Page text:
The simple act of expressing gratitude can have a big impact on your well-being.
Thanksgiving is my favorite holiday. As Louisiana natives, our family has a tradition to kick off the holiday with a “Cajun Thanksgiving” on Wednesday. My family loves to cook, and we are definitely “foodies.” So our Thanksgiving meal the following day is just as robust. I think the term “food coma” surely applies to how we feel at the end of the night!
But it’s more than the sharing of delicious food that makes this holiday so special to me: It’s the act of being present and grateful. Every year, we hold our tradition of going around the table and saying our “thankfuls”— sharing what each of us appreciated most from this past year. Sometimes it’s the people in our lives, or acts of kindness we experienced, or just a general appreciation of the life we are living.
But did you know that sharing our “thankfuls” actually improves our health and performance? There’s been extensive research on the power of gratitude and how it affects us emotionally, mentally, and physically. According to a study cited on PositivePsychology.com, “Participants who felt grateful showed a marked reduction in the level of the stress hormone, cortisol. They had better cardiac functioning and were more resilient to emotional setbacks and negative experiences.”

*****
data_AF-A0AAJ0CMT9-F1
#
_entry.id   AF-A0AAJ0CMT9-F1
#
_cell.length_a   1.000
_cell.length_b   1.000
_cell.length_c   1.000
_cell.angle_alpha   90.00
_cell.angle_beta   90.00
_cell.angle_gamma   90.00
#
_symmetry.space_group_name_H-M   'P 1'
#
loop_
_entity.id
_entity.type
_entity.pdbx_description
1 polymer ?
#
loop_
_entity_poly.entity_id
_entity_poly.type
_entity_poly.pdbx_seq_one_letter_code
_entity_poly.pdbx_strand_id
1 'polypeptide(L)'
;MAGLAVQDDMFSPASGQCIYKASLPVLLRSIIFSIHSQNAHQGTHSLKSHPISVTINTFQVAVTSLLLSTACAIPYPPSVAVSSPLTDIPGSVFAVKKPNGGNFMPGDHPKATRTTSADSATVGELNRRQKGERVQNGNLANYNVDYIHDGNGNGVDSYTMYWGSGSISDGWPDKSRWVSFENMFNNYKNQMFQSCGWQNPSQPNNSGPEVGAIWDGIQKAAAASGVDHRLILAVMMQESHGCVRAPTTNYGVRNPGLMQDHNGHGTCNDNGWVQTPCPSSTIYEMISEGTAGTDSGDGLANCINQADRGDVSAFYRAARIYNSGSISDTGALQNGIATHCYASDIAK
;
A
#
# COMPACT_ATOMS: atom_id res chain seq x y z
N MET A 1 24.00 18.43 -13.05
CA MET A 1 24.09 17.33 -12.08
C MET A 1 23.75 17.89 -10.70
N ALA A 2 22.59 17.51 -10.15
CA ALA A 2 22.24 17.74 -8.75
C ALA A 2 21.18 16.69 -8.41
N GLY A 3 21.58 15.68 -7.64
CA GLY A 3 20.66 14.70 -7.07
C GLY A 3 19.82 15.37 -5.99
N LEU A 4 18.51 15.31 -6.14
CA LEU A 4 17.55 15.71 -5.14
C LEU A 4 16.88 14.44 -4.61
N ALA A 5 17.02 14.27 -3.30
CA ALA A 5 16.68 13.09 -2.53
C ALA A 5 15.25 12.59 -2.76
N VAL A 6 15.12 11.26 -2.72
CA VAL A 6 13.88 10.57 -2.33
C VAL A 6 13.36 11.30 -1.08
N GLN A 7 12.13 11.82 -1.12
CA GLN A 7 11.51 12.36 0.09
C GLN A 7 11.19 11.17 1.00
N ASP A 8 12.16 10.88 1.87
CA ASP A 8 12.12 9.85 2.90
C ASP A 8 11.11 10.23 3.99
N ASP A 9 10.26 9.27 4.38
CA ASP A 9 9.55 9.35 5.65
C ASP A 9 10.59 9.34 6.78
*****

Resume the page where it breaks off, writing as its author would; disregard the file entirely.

How do you make gratitude a priority all year?
First, remember to say “thank you” to the people you work with each day. This basic act, per a recent Harvard Medical School article, can have a profound impact on people, from increasing their engagement levels, to reducing their stress and errors. Even thanking someone mentally (without sharing it with them) has a positive impact on you.
Second, periodically reflect on your life and write down the things for which you are grateful. This has two effects: 1) It improves your well-being, and 2) It increases positivity and happiness
3 WAYS TO EXPRESS GRATITUDE
Take 30 minutes this Thanksgiving (pre-food coma 😊) to stop and reflect on your past year and those things for which you are thankful.
- Send a Thanksgiving “thankful” email or better yet, a handwritten card, to those at work. This doesn’t need to be time-consuming. Just share a brief sentence or two of what and why you are grateful for them.
- Express your feelings for your loved ones and share your “thankfuls” at your Thanksgiving dinner.
- Feel the stress decrease and note how you feel mentally, emotionally, and physically, because of it.
I’m grateful for all my clients, partners, and friends. Happy Thanksgiving, everyone!
MORE ON GRATITUDE
Want to learn more about how gratitude improves your well-being? Check out these articles: